Kennedy Law Firm, L.L.P. recently filed an injunction in this wage and hour case against an employer who allegedly forced workers to sign a contract under hostile and deceptive circumstances. The employer’s alleged actions resulted after workers filed a lawsuit against the company for misclassifying employees as independent contractors.
Three strip club dancers have hired the employment lawyers at Kennedy Law Firm LLP to represent them in a wage and hour claim against their employer seeking minimum wage under the Fair Labor Standards Act. When the employer learned of the suit, he allegedly tried to have workers sign a contract to waive their rights to join the suit when the workers were intoxicated. Workers claimed they were terminated or threatened with termination for not signing the document. The employer’s actions are considered employer retaliation.
The Dallas Observer has followed the lawsuit we filed on this case. Their latest story includes comments from Galvin Kennedy, the principal attorney handling this case. Click here to read the Dallas Observer’s articles on the subject, Strippers Have Rights. But Do They Want Them? and In Dallas Federal Court, Three Strip-Club Dancers Demand Minimum Wage, Overtime.
Overtime and Tip Law Violations
The strip clubs allegedly violated the Fair Labor Standards Act by failing to pay the dancers any minimum wage or overtime pay. Instead, the dancers were required to share tips with the club, the DJ, and other employees who do not receive tips. The dancers worked at Jaguars Gold Club locations in Texas and Arizona, including Abilene, Dallas, Fort Worth, Odessa, and Lubbock.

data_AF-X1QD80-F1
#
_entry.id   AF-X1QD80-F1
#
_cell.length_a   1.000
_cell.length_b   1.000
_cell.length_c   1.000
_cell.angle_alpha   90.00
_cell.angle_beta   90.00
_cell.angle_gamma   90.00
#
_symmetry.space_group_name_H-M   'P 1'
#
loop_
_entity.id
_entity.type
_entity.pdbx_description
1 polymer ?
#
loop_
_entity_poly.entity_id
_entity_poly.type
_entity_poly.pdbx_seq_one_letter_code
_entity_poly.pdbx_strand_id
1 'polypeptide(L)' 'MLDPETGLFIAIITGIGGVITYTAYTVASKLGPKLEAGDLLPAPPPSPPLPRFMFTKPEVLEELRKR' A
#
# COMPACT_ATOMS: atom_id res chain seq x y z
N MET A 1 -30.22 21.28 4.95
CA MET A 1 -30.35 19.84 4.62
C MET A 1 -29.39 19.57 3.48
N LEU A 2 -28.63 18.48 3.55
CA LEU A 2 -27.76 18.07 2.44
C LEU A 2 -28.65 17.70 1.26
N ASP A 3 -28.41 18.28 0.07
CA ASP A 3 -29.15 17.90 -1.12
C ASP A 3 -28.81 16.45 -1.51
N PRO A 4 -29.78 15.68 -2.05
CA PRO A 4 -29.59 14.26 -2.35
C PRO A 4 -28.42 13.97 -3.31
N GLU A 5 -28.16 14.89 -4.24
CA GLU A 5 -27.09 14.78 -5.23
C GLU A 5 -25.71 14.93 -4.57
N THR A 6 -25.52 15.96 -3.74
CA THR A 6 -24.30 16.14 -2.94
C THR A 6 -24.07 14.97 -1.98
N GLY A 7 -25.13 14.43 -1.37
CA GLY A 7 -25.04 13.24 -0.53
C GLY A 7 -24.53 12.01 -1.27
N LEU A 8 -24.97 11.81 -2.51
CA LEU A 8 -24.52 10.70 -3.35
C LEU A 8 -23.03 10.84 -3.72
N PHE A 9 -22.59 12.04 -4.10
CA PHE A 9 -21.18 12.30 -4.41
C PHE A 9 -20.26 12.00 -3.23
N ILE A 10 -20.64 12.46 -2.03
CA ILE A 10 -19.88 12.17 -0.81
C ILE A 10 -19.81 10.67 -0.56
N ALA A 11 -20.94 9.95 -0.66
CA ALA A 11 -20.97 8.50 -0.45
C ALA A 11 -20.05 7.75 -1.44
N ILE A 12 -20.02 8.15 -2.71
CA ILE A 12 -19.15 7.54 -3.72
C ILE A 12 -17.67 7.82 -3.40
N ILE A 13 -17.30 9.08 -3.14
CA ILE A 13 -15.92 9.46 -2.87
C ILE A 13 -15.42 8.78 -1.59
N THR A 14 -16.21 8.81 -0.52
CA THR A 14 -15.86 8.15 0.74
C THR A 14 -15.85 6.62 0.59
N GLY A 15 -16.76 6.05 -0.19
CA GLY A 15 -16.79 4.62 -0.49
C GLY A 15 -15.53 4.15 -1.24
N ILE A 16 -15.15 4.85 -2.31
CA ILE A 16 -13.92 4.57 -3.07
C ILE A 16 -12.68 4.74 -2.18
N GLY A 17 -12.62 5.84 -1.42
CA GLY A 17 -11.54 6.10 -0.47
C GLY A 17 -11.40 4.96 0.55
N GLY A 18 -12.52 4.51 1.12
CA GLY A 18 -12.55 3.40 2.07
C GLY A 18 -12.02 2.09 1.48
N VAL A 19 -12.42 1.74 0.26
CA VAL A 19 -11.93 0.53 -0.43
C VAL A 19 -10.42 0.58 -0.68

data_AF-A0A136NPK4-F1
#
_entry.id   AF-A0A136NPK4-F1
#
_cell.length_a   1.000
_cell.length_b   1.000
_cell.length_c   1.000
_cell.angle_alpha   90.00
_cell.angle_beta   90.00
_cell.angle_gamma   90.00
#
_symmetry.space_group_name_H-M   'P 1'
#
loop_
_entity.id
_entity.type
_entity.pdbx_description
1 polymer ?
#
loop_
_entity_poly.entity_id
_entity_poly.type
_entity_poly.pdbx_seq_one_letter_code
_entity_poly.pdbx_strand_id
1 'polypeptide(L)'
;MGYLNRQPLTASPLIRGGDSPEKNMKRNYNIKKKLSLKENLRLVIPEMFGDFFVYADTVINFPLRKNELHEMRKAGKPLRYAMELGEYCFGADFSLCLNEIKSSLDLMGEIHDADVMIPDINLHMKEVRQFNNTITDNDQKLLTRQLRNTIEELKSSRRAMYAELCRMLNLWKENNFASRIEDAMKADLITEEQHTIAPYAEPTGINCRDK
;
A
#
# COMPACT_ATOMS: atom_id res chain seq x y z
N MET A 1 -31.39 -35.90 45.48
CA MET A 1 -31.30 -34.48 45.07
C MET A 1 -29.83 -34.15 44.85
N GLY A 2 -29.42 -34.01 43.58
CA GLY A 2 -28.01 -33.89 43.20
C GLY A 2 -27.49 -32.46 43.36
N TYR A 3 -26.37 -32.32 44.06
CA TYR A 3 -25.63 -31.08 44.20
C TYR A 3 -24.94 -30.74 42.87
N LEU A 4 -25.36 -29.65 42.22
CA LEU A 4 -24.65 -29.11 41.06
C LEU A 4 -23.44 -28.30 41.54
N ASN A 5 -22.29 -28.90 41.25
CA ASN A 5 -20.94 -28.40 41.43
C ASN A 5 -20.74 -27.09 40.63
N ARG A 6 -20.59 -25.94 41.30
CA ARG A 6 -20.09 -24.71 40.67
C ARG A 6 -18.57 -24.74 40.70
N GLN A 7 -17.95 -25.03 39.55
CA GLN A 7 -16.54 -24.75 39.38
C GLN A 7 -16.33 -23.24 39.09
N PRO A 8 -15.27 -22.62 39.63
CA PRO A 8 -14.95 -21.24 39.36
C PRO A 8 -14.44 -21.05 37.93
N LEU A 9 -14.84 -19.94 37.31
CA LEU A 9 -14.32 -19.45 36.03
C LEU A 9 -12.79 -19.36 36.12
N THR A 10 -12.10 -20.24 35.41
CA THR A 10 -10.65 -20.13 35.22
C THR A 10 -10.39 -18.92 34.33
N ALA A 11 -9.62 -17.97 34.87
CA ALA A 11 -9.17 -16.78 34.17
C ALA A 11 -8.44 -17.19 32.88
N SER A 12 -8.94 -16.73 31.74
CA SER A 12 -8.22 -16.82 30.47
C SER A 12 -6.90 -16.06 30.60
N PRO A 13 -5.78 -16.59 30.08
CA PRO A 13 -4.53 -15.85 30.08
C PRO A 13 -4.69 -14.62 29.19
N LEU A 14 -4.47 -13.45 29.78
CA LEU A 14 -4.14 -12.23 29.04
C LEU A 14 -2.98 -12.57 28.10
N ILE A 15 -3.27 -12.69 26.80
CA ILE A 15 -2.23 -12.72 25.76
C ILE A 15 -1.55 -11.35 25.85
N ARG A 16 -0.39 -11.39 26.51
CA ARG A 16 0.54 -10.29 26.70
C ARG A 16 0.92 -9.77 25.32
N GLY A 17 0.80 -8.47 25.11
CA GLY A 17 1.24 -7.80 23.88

Dancer Lawsuit Seeks Class-Action Status
Current and former dancers for Jaguars Gold Club could be eligible to join the suit and recover money. Other dancers may have been victim of the same pay practices, including:
- Tip violations: dancers claim they were forced to tip out the house and share tips with DJs, managers and other employees who do not customarily receive tips.
- Misclassification as “Independent contractor” or 1099 employee: Dancers work over 40 hours a week, but claim they are not paid minimum wage or overtime as required by the Fair Labor Standards Act.
If a violation is proven a dancer would also be able to recover liquidated damages or double damages under the law. If you are a current or former dancer and believe that you are a victim of similar unfair pay practices, sign our consent form here to join an wage and hour lawsuit.